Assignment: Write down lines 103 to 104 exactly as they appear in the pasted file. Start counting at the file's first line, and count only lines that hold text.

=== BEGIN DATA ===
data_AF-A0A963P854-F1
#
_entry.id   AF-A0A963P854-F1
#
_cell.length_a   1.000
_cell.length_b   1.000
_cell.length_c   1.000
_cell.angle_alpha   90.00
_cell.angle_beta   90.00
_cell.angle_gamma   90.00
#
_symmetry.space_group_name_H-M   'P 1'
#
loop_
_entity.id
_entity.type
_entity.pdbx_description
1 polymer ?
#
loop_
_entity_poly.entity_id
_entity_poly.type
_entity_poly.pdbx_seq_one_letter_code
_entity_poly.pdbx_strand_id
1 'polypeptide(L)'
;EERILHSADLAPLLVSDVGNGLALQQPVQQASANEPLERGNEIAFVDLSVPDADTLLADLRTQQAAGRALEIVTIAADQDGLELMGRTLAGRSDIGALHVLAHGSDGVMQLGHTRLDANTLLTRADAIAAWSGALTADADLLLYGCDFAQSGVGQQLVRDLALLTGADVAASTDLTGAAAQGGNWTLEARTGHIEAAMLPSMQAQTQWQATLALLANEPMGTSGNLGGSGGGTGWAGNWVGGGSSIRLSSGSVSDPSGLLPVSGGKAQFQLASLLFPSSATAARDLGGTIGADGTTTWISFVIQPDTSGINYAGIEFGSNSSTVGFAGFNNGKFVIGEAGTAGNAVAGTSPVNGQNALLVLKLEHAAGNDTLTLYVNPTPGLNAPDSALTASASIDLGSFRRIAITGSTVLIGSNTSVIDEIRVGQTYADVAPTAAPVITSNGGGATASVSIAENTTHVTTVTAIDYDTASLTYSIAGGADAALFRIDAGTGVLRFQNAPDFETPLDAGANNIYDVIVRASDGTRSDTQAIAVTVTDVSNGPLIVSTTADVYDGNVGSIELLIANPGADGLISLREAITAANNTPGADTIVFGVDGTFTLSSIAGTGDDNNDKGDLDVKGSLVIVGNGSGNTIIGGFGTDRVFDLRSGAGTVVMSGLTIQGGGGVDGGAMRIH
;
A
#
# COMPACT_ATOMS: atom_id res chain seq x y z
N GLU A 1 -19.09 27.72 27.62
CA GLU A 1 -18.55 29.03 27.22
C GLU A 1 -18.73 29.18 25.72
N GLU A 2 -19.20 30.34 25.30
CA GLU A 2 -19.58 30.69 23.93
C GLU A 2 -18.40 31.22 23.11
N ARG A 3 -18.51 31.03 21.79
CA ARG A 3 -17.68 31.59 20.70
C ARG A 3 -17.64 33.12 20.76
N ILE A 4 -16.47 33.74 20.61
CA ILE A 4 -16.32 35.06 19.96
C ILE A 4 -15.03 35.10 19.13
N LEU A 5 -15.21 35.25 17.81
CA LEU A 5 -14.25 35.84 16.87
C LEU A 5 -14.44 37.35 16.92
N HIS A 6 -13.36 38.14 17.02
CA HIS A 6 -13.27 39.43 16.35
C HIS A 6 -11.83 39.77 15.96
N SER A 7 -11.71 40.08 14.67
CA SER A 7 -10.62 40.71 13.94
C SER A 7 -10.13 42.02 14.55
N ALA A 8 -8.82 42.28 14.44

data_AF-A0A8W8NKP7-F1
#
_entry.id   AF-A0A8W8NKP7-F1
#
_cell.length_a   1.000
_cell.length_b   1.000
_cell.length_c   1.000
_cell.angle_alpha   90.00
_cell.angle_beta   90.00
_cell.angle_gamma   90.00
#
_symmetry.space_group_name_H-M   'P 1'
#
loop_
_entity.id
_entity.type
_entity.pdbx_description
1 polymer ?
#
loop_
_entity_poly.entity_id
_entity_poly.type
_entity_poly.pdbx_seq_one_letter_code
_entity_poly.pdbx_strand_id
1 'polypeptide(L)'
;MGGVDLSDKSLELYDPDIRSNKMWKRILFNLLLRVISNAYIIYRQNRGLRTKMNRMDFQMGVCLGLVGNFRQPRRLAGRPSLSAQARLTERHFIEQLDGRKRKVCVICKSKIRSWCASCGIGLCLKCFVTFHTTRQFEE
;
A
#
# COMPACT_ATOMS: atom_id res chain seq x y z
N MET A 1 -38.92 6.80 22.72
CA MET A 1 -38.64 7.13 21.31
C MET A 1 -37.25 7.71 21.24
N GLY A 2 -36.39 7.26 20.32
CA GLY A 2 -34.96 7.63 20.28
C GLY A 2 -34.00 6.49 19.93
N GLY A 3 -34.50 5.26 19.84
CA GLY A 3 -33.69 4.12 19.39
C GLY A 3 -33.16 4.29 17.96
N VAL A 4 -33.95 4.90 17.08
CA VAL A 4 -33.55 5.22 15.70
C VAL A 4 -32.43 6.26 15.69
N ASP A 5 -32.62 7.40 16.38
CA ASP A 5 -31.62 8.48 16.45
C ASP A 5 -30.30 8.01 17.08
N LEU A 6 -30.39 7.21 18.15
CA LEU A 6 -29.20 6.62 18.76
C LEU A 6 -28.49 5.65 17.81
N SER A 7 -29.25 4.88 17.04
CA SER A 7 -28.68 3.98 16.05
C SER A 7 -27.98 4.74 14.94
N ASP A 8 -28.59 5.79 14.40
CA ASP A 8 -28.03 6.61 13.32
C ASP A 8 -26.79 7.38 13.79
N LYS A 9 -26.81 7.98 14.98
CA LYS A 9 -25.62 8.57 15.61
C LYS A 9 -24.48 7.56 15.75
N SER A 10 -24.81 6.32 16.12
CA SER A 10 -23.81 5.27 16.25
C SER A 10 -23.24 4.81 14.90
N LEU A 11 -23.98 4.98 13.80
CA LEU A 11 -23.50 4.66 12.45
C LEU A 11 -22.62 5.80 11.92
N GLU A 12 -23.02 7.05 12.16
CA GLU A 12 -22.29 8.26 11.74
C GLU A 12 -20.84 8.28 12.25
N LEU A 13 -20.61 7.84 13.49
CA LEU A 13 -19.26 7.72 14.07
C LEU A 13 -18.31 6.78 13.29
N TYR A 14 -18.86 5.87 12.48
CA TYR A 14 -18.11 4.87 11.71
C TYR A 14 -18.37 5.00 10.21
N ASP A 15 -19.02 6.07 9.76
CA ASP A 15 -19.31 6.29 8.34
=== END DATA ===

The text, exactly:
C SER A 7 -27.98 4.74 14.94
N ASP A 8 -28.59 5.79 14.40